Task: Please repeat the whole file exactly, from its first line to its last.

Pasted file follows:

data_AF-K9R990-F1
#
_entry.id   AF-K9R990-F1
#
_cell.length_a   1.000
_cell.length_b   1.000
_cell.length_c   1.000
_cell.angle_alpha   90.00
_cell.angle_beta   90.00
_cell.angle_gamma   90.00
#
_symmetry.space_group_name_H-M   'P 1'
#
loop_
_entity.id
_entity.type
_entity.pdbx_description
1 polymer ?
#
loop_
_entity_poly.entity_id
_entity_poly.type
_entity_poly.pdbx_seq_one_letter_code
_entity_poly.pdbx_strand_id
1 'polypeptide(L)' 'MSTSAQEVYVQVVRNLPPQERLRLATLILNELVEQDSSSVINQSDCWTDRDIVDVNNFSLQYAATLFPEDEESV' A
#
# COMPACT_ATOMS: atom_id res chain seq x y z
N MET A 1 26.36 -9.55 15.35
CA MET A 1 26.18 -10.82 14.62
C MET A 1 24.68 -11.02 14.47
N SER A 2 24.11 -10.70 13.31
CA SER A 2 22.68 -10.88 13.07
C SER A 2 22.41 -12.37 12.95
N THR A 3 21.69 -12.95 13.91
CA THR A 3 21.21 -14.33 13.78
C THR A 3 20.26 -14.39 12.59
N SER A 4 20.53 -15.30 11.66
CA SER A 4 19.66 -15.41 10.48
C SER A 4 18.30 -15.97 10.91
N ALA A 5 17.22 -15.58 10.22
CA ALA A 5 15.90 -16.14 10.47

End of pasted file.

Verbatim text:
data_AF-K9R990-F1
#
_entry.id   AF-K9R990-F1
#
_cell.length_a   1.000
_cell.length_b   1.000
_cell.length_c   1.000
_cell.angle_alpha   90.00
_cell.angle_beta   90.00
_cell.angle_gamma   90.00
#
_symmetry.space_group_name_H-M   'P 1'
#
loop_
_entity.id
_entity.type
_entity.pdbx_description
1 polymer ?
#
loop_
_entity_poly.entity_id
_entity_poly.type
_entity_poly.pdbx_seq_one_letter_code
_entity_poly.pdbx_strand_id
1 'polypeptide(L)' 'MSTSAQEVYVQVVRNLPPQERLRLATLILNELVEQDSSSVINQSDCWTDRDIVDVNNFSLQYAATLFPEDEESV' A
#
# COMPACT_ATOMS: atom_id res chain seq x y z
N MET A 1 26.36 -9.55 15.35
CA MET A 1 26.18 -10.82 14.62
C MET A 1 24.68 -11.02 14.47
N SER A 2 24.11 -10.70 13.31
CA SER A 2 22.68 -10.88 13.07
C SER A 2 22.41 -12.37 12.95
N THR A 3 21.69 -12.95 13.91
CA THR A 3 21.21 -14.33 13.78
C THR A 3 20.26 -14.39 12.59
N SER A 4 20.53 -15.30 11.66
CA SER A 4 19.66 -15.41 10.48
C SER A 4 18.30 -15.97 10.91
N ALA A 5 17.22 -15.58 10.22
CA ALA A 5 15.90 -16.14 10.47